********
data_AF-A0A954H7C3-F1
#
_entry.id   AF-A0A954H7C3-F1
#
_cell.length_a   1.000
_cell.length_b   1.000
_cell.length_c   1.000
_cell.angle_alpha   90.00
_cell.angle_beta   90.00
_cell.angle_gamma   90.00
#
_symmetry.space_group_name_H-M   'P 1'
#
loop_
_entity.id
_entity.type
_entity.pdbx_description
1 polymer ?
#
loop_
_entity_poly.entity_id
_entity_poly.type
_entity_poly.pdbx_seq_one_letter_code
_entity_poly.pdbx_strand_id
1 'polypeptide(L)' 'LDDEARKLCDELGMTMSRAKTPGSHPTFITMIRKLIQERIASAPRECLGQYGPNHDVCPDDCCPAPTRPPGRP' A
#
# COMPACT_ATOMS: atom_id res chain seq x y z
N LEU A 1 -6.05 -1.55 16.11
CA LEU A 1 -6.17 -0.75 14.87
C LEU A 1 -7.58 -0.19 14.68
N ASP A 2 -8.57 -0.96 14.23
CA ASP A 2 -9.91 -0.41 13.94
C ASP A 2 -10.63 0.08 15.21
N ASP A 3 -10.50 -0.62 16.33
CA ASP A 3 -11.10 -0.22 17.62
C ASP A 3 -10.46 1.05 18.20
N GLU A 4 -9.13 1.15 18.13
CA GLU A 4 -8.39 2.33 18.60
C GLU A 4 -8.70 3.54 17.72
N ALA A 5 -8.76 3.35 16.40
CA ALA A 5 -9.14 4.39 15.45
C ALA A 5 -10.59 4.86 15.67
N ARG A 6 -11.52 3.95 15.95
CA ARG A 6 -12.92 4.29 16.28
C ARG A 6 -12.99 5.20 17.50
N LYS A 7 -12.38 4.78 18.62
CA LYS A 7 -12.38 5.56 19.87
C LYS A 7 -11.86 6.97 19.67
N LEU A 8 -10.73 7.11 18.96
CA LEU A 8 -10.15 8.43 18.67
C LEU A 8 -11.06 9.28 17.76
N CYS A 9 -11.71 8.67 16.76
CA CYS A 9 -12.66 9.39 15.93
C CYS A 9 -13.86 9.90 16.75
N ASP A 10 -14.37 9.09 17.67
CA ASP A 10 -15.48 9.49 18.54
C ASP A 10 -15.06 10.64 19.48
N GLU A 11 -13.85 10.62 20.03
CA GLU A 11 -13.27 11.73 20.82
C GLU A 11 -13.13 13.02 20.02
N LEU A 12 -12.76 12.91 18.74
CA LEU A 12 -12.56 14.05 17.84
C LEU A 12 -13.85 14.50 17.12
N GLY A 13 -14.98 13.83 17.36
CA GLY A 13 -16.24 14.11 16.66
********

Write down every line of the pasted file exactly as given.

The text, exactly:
data_AF-A0A954H7C3-F1
#
_entry.id   AF-A0A954H7C3-F1
#
_cell.length_a   1.000
_cell.length_b   1.000
_cell.length_c   1.000
_cell.angle_alpha   90.00
_cell.angle_beta   90.00
_cell.angle_gamma   90.00
#
_symmetry.space_group_name_H-M   'P 1'
#
loop_
_entity.id
_entity.type
_entity.pdbx_description
1 polymer ?
#
loop_
_entity_poly.entity_id
_entity_poly.type
_entity_poly.pdbx_seq_one_letter_code
_entity_poly.pdbx_strand_id
1 'polypeptide(L)' 'LDDEARKLCDELGMTMSRAKTPGSHPTFITMIRKLIQERIASAPRECLGQYGPNHDVCPDDCCPAPTRPPGRP' A
#
# COMPACT_ATOMS: atom_id res chain seq x y z
N LEU A 1 -6.05 -1.55 16.11
CA LEU A 1 -6.17 -0.75 14.87
C LEU A 1 -7.58 -0.19 14.68
N ASP A 2 -8.57 -0.96 14.23
CA ASP A 2 -9.91 -0.41 13.94
C ASP A 2 -10.63 0.08 15.21
N ASP A 3 -10.50 -0.62 16.33
CA ASP A 3 -11.10 -0.22 17.62
C ASP A 3 -10.46 1.05 18.20
N GLU A 4 -9.13 1.15 18.13
CA GLU A 4 -8.39 2.33 18.60
C GLU A 4 -8.70 3.54 17.72
N ALA A 5 -8.76 3.35 16.40
CA ALA A 5 -9.14 4.39 15.45
C ALA A 5 -10.59 4.86 15.67
N ARG A 6 -11.52 3.95 15.95
CA ARG A 6 -12.92 4.29 16.28
C ARG A 6 -12.99 5.20 17.50
N LYS A 7 -12.38 4.78 18.62
CA LYS A 7 -12.38 5.56 19.87
C LYS A 7 -11.86 6.97 19.67
N LEU A 8 -10.73 7.11 18.96
CA LEU A 8 -10.15 8.43 18.67
C LEU A 8 -11.06 9.28 17.76
N CYS A 9 -11.71 8.67 16.76
CA CYS A 9 -12.66 9.39 15.93
C CYS A 9 -13.86 9.90 16.75
N ASP A 10 -14.37 9.09 17.67
CA ASP A 10 -15.48 9.49 18.54
C ASP A 10 -15.06 10.64 19.48
N GLU A 11 -13.85 10.62 20.03
CA GLU A 11 -13.27 11.73 20.82
C GLU A 11 -13.13 13.02 20.02
N LEU A 12 -12.76 12.91 18.74
CA LEU A 12 -12.56 14.05 17.84
C LEU A 12 -13.85 14.50 17.12
N GLY A 13 -14.98 13.83 17.36
CA GLY A 13 -16.24 14.11 16.66